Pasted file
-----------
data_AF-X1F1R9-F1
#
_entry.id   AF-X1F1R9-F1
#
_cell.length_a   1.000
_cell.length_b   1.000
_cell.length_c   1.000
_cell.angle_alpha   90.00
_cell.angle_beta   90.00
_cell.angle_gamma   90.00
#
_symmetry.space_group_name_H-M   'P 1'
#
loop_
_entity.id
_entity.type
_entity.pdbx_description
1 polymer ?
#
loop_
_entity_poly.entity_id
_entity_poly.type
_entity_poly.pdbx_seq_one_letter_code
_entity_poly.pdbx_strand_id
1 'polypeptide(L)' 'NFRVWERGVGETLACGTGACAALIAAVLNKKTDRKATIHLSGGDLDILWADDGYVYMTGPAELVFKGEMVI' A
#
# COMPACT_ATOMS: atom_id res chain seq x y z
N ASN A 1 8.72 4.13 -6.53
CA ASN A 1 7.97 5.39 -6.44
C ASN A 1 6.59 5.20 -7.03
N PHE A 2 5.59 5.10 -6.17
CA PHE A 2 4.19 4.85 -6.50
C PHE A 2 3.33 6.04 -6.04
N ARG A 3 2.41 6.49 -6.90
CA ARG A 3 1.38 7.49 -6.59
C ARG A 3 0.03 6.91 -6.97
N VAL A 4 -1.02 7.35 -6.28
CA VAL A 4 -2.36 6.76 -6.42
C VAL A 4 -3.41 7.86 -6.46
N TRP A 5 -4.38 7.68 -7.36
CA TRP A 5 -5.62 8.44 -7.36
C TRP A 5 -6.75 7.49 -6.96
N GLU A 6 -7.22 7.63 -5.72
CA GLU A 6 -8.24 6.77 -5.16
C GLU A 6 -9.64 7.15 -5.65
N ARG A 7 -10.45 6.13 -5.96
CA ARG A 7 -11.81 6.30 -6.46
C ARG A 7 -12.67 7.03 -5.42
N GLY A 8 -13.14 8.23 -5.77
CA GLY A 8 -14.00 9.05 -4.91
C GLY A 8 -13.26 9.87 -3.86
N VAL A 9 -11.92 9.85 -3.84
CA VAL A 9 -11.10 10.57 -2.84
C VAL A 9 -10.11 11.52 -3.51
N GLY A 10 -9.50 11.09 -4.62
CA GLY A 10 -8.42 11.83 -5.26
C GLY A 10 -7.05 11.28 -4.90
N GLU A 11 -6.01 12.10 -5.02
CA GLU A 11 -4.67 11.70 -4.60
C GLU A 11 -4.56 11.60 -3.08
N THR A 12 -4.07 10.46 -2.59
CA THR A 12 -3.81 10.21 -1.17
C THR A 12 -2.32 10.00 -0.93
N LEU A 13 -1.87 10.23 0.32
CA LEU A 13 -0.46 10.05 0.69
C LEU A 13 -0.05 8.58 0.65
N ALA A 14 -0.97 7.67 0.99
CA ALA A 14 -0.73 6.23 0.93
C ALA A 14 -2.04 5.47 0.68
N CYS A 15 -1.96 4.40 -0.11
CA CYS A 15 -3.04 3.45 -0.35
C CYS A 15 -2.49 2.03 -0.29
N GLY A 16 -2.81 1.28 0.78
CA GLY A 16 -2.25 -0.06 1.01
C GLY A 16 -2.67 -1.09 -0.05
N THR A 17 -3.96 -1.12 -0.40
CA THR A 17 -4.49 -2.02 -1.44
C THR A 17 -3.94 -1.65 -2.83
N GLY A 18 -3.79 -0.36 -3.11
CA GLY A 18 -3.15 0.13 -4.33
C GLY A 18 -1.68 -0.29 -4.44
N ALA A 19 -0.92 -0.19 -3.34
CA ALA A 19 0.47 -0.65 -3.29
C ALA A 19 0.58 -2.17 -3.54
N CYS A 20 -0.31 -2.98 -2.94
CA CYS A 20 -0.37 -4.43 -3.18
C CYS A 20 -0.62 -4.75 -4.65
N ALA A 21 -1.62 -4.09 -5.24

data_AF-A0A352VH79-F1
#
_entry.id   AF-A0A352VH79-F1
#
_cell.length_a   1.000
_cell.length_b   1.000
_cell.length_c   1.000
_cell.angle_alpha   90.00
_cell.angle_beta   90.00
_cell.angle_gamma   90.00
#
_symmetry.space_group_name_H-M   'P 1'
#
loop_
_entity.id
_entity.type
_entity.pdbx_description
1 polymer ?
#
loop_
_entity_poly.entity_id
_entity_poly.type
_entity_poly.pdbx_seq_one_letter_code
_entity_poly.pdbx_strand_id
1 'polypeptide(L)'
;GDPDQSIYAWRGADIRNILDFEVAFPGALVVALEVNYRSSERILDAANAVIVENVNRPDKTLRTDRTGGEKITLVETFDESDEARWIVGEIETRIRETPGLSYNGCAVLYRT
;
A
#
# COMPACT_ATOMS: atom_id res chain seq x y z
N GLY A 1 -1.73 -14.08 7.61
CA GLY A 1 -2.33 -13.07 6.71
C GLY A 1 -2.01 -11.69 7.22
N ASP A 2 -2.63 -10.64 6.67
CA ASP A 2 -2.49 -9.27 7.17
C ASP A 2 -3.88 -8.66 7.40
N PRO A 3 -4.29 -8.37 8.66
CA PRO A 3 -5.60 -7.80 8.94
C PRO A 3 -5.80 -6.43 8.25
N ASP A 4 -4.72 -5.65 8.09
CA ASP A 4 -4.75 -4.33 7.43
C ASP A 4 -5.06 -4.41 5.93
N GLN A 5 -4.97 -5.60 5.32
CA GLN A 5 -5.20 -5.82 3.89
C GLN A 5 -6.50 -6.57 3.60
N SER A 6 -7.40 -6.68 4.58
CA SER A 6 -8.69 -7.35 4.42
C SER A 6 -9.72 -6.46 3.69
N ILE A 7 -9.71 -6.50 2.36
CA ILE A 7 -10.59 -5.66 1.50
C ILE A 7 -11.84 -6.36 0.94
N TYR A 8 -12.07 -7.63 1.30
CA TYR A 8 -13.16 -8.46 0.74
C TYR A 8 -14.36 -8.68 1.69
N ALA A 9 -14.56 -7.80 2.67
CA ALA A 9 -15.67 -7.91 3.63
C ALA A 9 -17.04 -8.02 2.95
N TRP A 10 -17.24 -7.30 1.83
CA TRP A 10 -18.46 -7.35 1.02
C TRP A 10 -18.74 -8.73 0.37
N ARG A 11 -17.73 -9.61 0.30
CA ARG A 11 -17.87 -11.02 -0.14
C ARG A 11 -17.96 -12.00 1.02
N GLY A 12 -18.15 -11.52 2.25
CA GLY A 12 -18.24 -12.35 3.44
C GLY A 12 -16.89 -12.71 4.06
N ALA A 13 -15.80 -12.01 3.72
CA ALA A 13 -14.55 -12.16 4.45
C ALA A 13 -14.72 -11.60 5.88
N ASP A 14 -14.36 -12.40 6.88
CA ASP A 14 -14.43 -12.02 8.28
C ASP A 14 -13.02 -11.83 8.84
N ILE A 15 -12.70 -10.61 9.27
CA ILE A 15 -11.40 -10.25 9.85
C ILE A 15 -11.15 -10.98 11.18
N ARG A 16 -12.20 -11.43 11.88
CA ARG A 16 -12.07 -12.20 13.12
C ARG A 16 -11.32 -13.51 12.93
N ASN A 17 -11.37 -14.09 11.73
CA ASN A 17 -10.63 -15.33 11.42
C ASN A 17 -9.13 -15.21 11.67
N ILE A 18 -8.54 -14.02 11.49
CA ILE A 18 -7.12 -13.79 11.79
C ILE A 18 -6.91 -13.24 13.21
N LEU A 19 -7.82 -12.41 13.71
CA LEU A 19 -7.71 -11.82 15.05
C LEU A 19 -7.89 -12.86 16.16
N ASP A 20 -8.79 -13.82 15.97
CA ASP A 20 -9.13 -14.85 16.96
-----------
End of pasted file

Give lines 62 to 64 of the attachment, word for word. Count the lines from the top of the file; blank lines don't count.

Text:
CA THR A 12 -3.81 10.21 -1.17
C THR A 12 -2.32 10.00 -0.93
N LEU A 13 -1.87 10.23 0.32